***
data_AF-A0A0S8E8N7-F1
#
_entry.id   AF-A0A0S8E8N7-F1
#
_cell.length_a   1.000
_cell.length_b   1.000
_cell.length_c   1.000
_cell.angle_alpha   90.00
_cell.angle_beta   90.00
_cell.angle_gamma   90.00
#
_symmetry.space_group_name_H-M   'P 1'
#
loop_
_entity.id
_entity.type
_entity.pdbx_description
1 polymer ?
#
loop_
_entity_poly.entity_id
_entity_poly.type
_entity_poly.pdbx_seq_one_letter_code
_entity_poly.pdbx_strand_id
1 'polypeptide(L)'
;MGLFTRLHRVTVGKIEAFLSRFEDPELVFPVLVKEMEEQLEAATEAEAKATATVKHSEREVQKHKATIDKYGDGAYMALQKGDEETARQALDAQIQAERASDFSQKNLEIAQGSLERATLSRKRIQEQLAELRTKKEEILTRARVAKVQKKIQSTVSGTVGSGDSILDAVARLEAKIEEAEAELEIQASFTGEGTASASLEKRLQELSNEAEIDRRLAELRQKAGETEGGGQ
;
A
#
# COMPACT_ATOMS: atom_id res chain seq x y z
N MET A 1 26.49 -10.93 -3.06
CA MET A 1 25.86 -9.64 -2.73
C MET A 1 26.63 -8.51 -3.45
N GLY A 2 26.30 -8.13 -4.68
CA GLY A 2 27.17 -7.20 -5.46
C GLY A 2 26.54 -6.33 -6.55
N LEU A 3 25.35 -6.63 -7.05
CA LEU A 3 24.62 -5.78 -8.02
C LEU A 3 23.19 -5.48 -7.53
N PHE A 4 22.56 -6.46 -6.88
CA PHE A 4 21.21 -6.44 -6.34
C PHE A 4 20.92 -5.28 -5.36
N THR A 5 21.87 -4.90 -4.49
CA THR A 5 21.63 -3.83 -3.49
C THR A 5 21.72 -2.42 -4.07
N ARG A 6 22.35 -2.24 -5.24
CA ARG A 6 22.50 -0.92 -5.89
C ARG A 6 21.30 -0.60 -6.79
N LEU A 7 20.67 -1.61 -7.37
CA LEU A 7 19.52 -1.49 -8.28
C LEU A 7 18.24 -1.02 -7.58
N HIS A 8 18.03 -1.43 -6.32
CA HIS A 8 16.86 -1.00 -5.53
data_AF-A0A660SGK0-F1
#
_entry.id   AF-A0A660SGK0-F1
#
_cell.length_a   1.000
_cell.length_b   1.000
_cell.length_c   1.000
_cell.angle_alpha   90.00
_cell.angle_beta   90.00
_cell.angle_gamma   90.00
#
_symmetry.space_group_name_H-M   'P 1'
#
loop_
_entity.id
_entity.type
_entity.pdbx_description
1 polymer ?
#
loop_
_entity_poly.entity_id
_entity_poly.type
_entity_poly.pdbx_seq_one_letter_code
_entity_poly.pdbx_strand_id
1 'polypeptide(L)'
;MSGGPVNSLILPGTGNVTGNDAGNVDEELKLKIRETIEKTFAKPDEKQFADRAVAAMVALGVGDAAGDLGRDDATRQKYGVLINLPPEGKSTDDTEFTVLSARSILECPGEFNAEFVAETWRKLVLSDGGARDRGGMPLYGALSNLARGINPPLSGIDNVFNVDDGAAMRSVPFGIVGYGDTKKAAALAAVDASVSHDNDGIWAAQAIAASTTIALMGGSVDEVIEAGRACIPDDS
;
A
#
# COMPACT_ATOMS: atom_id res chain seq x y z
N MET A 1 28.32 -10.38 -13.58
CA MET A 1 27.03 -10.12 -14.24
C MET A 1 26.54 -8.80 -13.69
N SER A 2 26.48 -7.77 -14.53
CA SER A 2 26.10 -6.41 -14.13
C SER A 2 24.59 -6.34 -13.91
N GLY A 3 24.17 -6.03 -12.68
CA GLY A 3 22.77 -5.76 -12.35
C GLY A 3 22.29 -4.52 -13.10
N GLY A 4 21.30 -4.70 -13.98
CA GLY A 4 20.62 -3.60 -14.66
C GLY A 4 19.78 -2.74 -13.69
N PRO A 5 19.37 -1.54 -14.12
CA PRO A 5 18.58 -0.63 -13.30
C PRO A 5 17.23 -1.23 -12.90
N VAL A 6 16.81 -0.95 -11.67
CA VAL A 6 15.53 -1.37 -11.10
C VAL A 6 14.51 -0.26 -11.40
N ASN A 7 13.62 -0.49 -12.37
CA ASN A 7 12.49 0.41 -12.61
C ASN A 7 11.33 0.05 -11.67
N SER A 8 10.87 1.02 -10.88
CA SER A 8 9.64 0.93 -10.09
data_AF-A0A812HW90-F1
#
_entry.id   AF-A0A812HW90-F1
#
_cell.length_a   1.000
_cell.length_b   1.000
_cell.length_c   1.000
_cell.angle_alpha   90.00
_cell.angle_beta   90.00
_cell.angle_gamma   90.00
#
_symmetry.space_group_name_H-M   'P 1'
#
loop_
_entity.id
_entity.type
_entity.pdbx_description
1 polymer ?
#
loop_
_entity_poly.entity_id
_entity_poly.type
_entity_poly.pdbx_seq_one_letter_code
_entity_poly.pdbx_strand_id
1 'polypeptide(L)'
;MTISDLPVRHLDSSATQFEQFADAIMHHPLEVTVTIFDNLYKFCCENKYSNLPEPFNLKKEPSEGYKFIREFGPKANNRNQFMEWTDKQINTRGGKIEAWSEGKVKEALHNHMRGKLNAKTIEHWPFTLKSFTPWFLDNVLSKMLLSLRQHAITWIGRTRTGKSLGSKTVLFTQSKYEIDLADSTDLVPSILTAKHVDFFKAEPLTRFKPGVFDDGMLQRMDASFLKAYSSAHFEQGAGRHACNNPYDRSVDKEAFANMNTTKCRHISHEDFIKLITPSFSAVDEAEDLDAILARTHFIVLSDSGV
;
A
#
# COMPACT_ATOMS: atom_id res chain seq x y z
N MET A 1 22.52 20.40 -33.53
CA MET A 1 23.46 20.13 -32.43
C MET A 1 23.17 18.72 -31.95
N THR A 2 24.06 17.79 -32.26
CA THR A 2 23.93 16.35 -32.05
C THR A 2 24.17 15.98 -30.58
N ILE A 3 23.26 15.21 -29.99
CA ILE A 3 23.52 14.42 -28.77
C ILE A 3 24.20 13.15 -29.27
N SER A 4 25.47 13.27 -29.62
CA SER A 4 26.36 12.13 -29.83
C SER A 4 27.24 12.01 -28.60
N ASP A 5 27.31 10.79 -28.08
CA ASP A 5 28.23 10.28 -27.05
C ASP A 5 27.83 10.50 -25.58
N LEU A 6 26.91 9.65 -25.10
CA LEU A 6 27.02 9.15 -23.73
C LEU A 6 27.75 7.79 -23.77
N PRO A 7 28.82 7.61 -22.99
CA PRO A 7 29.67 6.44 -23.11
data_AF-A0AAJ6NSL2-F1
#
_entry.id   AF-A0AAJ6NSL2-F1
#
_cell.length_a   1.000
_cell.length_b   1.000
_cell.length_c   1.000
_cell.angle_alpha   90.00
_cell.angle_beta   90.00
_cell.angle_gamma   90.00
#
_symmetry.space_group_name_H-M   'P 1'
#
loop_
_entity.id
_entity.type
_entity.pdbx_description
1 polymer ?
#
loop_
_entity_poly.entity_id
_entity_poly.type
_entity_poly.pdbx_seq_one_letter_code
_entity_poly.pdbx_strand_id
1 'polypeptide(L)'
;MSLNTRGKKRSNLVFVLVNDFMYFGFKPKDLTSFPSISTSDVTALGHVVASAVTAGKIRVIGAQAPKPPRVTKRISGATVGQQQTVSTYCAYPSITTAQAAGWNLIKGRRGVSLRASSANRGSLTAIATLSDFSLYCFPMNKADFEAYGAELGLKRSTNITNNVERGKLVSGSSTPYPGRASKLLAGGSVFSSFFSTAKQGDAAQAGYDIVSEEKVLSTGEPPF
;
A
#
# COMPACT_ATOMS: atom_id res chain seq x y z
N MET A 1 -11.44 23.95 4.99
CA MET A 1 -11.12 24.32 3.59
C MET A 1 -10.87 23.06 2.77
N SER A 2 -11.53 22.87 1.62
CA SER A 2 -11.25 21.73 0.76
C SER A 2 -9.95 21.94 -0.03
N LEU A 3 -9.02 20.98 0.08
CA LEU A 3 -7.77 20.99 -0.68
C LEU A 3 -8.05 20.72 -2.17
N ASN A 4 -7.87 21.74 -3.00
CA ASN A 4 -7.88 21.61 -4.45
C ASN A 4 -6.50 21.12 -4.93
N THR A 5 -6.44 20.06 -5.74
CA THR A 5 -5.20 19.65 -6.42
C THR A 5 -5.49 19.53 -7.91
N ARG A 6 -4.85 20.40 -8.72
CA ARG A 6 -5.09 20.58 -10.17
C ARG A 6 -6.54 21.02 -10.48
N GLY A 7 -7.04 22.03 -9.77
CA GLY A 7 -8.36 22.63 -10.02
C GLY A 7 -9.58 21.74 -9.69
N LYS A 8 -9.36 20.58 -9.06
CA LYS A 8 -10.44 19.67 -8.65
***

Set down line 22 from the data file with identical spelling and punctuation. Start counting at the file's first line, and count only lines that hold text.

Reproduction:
_entity_poly.type